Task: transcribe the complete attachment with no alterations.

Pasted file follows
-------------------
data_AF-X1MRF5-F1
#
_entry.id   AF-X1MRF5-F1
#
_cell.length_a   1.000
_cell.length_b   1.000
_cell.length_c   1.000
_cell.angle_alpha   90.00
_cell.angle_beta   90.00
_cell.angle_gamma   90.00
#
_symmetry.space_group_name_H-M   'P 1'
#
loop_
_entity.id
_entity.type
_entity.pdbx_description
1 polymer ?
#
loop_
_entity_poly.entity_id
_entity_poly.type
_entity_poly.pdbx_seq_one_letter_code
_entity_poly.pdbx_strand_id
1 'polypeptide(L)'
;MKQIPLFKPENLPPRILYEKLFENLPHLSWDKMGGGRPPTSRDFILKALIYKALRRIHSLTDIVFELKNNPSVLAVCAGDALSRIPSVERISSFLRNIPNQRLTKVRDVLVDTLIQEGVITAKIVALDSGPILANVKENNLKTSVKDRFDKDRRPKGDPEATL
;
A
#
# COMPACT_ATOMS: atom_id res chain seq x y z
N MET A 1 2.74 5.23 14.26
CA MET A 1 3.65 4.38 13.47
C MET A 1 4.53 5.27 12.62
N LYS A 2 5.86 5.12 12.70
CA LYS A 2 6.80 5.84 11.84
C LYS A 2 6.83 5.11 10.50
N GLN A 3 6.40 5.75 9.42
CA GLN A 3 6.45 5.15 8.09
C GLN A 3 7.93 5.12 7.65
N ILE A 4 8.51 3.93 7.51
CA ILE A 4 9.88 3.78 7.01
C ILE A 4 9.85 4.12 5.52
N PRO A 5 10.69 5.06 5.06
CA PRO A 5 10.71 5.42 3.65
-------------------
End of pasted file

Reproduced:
data_AF-X1MRF5-F1
#
_entry.id   AF-X1MRF5-F1
#
_cell.length_a   1.000
_cell.length_b   1.000
_cell.length_c   1.000
_cell.angle_alpha   90.00
_cell.angle_beta   90.00
_cell.angle_gamma   90.00
#
_symmetry.space_group_name_H-M   'P 1'
#
loop_
_entity.id
_entity.type
_entity.pdbx_description
1 polymer ?
#
loop_
_entity_poly.entity_id
_entity_poly.type
_entity_poly.pdbx_seq_one_letter_code
_entity_poly.pdbx_strand_id
1 'polypeptide(L)'
;MKQIPLFKPENLPPRILYEKLFENLPHLSWDKMGGGRPPTSRDFILKALIYKALRRIHSLTDIVFELKNNPSVLAVCAGDALSRIPSVERISSFLRNIPNQRLTKVRDVLVDTLIQEGVITAKIVALDSGPILANVKENNLKTSVKDRFDKDRRPKGDPEATL
;
A
#
# COMPACT_ATOMS: atom_id res chain seq x y z
N MET A 1 2.74 5.23 14.26
CA MET A 1 3.65 4.38 13.47
C MET A 1 4.53 5.27 12.62
N LYS A 2 5.86 5.12 12.70
CA LYS A 2 6.80 5.84 11.84
C LYS A 2 6.83 5.11 10.50
N GLN A 3 6.40 5.75 9.42
CA GLN A 3 6.45 5.15 8.09
C GLN A 3 7.93 5.12 7.65
N ILE A 4 8.51 3.93 7.51
CA ILE A 4 9.88 3.78 7.01
C ILE A 4 9.85 4.12 5.52
N PRO A 5 10.69 5.06 5.06
CA PRO A 5 10.71 5.42 3.65